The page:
To date, we have not expressly reviewed, under Chevron, the BIA's legal definition of “particular social group.” There are six circuits who have deferred to the Acosta formulation. See Thomas v. Gonzales, 409 F.3d 1177, 1184-87 (9th Cir.2005) (en banc); Niang v. Gonzales, 422 F.3d 1187, 1199 (10th Cir.2005); Silva v. Ashcroft, 394 F.3d 1, 5 (1st Cir.2005); Castellano-Chacon v. INS, 341 F.3d 533, 546-48 (6th Cir.2003); Lwin v. INS, 144 F.3d 505, 511-12 (7th Cir.1998); Fatin v. INS, 12 F.3d 1233, 1238-40 (3d Cir.1993). Two circuits, while not expressly deferring to the BIA's legal definition of “particular social group,” have viewed Acosta favorably. See Lopez-Soto v. Ashcroft, 383 F.3d 228, 235 (4th Cir.2004) (citing the Acosta formulation in support of including “family” within “particular social group”); Ontunez-Tursios v. Ashcroft, 303 F.3d 341, 352 (5th Cir.2002) (citing to Acosta and restating the Acosta formulation). Two other circuits, however, may differ in some respects with the general definition as stated in Acosta. See Safaie v. INS, 25 F.3d 636, 640 (8th Cir.1994) (noting that the “principal concern [regarding a ‘particular social group’] is a ‘voluntary associational relationship among the purported members, which imparts some common characteristic that is fundamental to their identity as a member of that discrete social group’ ” (citation omitted)), superceded by statute on other grounds recognized by Rife v. Ashcroft, 374 F.3d 606, 614 (8th Cir.2004); Gomez v. INS, 947 F.2d 660, 664 (2d Cir.1991) (defining “a particular social group” as “comprised of individuals who possess some fundamental characteristic in common which serves to distinguish them in the eyes of a persecutor-or in the eyes of the outside world in general”).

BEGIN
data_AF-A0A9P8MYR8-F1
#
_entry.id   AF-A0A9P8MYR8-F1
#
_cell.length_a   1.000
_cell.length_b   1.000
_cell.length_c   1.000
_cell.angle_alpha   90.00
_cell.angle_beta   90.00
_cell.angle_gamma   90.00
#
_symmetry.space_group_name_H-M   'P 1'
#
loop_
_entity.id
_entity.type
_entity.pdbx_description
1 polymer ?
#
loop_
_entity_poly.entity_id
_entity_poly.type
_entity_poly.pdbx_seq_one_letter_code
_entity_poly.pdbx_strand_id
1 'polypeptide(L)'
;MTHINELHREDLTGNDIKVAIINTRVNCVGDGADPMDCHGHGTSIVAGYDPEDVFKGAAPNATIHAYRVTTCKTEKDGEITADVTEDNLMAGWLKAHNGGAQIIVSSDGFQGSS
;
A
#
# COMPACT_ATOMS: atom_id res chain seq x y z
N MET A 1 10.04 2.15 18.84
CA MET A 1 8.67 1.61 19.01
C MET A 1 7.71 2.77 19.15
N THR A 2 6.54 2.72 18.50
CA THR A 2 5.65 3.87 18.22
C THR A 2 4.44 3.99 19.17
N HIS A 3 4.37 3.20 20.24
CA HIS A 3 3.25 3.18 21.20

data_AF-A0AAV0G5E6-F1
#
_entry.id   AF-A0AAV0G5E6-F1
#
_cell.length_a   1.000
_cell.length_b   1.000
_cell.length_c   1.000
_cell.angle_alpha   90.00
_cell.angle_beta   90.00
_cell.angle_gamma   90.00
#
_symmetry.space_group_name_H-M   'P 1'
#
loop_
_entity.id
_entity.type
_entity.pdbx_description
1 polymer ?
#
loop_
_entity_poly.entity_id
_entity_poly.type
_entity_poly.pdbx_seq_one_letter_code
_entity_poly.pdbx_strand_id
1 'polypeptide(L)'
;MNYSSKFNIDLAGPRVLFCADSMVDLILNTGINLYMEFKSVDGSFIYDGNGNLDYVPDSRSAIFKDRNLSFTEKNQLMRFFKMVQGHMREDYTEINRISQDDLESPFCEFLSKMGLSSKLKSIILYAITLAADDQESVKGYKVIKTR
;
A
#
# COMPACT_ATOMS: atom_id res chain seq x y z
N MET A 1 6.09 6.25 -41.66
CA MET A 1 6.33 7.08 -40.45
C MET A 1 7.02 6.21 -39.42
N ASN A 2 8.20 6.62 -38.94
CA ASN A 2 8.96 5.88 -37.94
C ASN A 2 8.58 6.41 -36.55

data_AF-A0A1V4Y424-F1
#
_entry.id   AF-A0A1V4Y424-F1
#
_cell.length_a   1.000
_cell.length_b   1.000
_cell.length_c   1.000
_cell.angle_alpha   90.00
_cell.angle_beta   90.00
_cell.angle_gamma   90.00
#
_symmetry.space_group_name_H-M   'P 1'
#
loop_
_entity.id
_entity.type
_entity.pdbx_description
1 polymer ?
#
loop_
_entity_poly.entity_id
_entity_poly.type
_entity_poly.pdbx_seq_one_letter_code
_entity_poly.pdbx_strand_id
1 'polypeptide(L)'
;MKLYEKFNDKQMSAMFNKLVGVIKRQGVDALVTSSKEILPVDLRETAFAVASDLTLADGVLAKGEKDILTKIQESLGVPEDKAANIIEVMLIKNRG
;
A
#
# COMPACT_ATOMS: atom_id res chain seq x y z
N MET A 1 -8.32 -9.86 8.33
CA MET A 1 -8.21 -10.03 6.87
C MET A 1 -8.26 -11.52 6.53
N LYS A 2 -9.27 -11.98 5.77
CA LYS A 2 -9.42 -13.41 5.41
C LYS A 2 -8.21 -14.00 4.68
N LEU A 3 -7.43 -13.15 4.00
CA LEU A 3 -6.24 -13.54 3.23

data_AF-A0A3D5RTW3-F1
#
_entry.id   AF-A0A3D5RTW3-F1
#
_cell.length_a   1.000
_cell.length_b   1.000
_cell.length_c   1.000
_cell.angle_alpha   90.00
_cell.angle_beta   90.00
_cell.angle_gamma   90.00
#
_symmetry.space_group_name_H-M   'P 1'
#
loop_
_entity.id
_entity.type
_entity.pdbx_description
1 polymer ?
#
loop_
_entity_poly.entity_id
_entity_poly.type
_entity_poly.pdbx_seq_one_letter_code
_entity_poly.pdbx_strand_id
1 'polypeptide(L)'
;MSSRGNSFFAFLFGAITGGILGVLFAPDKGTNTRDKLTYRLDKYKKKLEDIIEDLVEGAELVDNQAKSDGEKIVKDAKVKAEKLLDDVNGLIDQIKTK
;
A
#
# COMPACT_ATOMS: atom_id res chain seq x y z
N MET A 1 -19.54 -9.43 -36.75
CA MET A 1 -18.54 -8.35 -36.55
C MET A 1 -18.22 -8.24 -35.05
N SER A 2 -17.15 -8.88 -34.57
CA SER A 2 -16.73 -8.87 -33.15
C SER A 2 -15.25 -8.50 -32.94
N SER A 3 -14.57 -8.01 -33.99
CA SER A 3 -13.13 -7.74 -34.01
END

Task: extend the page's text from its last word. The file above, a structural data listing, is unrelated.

As an initial matter, we join our sister circuits who have deferred to the BIA's Acosta formulation of “particular social group.” The expertise necessary to craft this definition is well within the BIA's bailiwick and is neither arbitrary, capricious, nor clearly contrary to law. See Alabama Power Co., 22 F.3d at 272. We do not doubt the reasonableness of the BIA's requirement of a “common, immutable characteristic ․ [that] is fundamental to [its members'] individual identities or consciences,” which is consonant with the purposes that underlie the other four grounds for refugee status or withholding of deportation under the INA. See Matter of Acosta, 19 I. & N. Dec. at 233-34. Furthermore, Acosta strikes an acceptable balance between (1) rendering “particular social group” a catch-all for all groups who might claim persecution, which would render the other four categories meaningless, and (2) rendering “particular social group” a nullity by making its requirements too stringent or too specific. Reference to the UNHCR Guidelines by the BIA in elucidating the Acosta formulation is permissible because the U.S. Supreme Court has held that Congress intended to conform United States refugee law with the 1967 United Nations Protocol Relating to the Status of Refugees. See INS v. Cardoza-Fonseca, 480 U.S. 421, 436-37, 107 S.Ct. 1207, 1215-16, 94 L.Ed.2d 434 (1987); see also Castellano-Chacon, 341 F.3d at 546-48 (noting that “[t]he UNHCR takes the Second Circuit's approach, in that the external perception of the group can be considered as an additional factor” and that “[a]s the BIA continues to revise and evaluate its own definition of a particular social group, our definition may evolve in the same way as the BIA's, with the caveat that the BIA must continue to make a reasonable interpretation”).